Churn Monster: Bad Fit

This month we are going to take a look at a churn monster that we’ve all experienced but is different than all the rest, for one very specific reason, that we will get into.

We’re talking about a bad fit customer. A bad fit customer is a customer who is unable to receive value from your product or service due to a mismatch of currents needs and offerings.

It’s inevitable with the nature of Sales, that not all deals that come over to Customer Success are going to be 100% great fit customers. So, what should a Customer Success Manager do when one of these type of customers land in their lap?

Let’s take a look at a scenario involving a bad fit customer and how we should handle this one of a kind churn monster.

The Scenario:

You get a notification that you have been assigned a new customer account. You log into your Customer Success software platform and start reviewing the account notes and details that came over from Sales.

As you are digging in you notice that there’s some missing information in the handoff notes from Sales that you would need to know to start the new customer implementation process. You go back to the Sales rep who sold the deal and ask for specifics on some of the gaps in the notes.

It’s at this time while talking to the Sales rep that you start to realize some red flags about being able to successfully bring this new customer onboard due to his understanding of how their data is structured, which doesn’t align with how your platform works.

You are worried you have acquired a bad fit customer. What do you do?

Plan of Action:

The first step is to correctly identify if this is in fact a bad fit customer. You know this is best to do as early on in the process as possible (which ideally would have been before they became a customer – but well, here we are). You want to be careful not to just jump to the conclusion that they are a bad fit when they could possibly be more of a stretch fit customer, so you set up a joint introductory call with the customer to learn more.

Your goal for this call is to be as upfront and honest as you can with the customer, so expectations are understood and both parties can make informed decisions for next steps. You are sure to have Sales also on this call to demonstrate that your teams are collaborative, and that your company cares about their success.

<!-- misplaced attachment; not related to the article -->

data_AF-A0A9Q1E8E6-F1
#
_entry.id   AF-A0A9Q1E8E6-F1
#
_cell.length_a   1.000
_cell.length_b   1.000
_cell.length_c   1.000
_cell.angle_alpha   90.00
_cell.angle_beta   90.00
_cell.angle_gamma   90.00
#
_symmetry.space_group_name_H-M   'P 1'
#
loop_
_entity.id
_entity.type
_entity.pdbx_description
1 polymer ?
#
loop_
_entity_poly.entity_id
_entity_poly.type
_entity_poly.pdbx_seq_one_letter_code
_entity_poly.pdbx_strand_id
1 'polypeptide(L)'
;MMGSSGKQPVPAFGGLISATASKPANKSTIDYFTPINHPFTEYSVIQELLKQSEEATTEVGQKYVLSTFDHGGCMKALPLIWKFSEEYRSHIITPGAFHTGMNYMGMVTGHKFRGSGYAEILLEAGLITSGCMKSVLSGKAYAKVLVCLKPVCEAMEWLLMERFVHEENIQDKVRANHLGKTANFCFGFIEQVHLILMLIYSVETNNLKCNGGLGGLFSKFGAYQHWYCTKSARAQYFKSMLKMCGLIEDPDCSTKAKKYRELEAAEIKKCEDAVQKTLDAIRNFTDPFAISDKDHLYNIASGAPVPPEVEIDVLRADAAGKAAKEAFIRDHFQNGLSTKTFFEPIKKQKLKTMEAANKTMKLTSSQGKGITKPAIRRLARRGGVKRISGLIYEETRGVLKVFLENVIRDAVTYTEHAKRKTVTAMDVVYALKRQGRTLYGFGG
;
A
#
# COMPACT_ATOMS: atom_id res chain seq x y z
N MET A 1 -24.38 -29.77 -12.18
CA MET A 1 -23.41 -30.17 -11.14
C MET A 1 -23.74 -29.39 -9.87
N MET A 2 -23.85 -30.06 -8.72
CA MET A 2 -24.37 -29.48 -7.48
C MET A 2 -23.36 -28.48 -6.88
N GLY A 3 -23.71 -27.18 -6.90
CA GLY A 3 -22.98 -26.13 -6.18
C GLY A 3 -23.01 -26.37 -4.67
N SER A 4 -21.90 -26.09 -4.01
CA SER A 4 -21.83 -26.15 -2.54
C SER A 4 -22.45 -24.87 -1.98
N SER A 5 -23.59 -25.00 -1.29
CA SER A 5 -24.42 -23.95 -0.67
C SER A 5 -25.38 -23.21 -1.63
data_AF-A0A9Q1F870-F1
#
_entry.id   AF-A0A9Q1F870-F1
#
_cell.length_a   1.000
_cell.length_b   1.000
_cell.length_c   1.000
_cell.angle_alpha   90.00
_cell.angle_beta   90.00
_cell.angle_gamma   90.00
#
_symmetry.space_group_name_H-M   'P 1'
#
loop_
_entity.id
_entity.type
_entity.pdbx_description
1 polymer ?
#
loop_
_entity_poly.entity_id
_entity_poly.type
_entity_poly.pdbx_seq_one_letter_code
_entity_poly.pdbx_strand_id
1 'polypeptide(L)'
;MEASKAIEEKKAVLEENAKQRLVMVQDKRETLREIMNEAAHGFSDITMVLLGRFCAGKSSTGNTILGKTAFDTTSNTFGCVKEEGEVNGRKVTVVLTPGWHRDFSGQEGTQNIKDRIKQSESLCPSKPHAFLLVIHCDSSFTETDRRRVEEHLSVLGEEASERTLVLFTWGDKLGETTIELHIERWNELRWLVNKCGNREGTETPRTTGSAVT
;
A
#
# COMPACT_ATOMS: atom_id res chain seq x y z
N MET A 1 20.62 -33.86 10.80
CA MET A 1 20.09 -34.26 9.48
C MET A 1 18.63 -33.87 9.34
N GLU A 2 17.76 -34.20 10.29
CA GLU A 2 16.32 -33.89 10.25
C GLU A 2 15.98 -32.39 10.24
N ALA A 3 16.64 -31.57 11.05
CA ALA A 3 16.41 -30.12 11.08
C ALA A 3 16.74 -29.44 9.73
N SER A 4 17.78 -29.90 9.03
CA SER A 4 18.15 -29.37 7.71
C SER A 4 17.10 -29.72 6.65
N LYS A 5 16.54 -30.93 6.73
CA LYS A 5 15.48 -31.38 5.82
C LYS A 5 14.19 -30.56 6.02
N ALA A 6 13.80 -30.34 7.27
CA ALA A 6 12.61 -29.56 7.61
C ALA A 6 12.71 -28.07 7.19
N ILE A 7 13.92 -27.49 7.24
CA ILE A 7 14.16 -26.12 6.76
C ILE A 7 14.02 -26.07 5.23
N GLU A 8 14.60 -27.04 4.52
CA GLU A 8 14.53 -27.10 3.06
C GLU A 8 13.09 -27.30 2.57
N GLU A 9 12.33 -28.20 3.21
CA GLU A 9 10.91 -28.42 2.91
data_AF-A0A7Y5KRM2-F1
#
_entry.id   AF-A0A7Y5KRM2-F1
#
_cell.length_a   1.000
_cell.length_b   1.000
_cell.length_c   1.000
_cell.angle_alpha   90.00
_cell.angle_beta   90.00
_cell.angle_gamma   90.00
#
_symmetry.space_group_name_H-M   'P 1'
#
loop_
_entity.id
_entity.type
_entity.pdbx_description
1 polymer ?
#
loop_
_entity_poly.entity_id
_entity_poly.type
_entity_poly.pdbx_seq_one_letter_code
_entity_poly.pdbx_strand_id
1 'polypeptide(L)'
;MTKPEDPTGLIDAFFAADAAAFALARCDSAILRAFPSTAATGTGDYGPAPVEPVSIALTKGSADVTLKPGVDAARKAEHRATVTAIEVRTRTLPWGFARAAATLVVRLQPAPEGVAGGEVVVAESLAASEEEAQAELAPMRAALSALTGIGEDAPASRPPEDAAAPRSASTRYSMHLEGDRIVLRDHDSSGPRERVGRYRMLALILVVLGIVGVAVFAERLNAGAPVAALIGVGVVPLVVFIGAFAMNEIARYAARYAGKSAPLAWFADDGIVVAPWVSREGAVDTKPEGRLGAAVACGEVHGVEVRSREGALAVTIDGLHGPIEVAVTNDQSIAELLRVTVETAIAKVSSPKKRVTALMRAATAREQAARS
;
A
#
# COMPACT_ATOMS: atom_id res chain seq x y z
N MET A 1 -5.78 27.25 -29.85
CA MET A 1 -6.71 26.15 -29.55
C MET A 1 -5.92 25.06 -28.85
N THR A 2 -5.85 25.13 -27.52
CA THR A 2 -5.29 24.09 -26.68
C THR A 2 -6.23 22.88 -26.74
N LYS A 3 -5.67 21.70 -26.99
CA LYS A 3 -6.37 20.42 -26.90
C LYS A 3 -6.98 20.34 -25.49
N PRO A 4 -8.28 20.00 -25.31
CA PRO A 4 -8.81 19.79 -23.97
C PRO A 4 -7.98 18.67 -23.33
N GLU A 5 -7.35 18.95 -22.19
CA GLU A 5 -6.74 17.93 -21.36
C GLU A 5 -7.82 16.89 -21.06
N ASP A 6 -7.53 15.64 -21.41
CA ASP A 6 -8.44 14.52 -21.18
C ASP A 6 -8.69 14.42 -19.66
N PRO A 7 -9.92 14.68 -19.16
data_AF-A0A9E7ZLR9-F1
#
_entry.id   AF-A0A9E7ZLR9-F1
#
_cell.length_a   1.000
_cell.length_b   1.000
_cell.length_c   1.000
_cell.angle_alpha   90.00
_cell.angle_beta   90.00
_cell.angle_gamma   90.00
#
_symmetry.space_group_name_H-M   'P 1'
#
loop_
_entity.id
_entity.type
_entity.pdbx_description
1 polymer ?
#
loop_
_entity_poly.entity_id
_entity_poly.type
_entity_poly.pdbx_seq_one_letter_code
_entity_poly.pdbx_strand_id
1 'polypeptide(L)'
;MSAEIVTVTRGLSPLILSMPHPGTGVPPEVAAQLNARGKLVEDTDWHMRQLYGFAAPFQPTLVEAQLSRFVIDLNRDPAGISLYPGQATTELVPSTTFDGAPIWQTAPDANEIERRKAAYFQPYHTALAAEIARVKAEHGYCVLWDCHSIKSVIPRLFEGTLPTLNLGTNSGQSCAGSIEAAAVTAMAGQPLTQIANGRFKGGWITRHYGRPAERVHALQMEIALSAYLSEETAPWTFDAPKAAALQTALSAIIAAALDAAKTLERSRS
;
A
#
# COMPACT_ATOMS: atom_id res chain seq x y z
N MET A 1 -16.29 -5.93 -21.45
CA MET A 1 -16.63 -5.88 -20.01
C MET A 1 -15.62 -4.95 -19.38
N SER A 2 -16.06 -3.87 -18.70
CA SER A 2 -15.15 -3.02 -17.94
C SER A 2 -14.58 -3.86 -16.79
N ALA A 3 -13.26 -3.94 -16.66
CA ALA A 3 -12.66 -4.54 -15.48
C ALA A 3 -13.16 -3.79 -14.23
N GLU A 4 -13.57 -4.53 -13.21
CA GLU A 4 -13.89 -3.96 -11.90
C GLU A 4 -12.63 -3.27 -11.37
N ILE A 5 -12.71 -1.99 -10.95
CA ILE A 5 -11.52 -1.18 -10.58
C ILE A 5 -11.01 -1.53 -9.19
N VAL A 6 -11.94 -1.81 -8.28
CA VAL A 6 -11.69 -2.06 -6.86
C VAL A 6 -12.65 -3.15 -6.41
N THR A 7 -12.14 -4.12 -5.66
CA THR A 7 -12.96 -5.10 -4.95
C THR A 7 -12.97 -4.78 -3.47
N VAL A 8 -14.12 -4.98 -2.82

After a lot of back and forth with the customer and their team over the last month and a half, you come to the conclusion that the customer’s data structure is in fact a roadblock to fully implementing your solution, and the customer doesn’t seem interested in re-working their processes to try and make it work.

In spite of that, you put together a plan to help them utilize the parts of your product that they can given the development constraints and ask that they let you know if any business changes occur on their side to make you a better fit solution.

At this time, it’s safe to say- they are a bad fit customer, and you mark them as such in your Customer Success platform. This will allow you to adjust your engagement strategy with this customer to be a low-touch model where most of the communication is automated since their likelihood to churn is pretty much inevitable.

Although it is unfortunate, it is necessary to at times to count your losses and let these bad fit customers churn. It’s in everyone’s best interest as they can be a drag on growth, a waste of resources, and harmful to employee morale and industry word-of-mouth. And that’s what makes this churn monster different than all the rest- instead of turning this at-risk customer around you consciously let them go.

Follow the links below to learn about the other churn monsters we’ve covered so far and stay tuned for a new churn monster next month.

 


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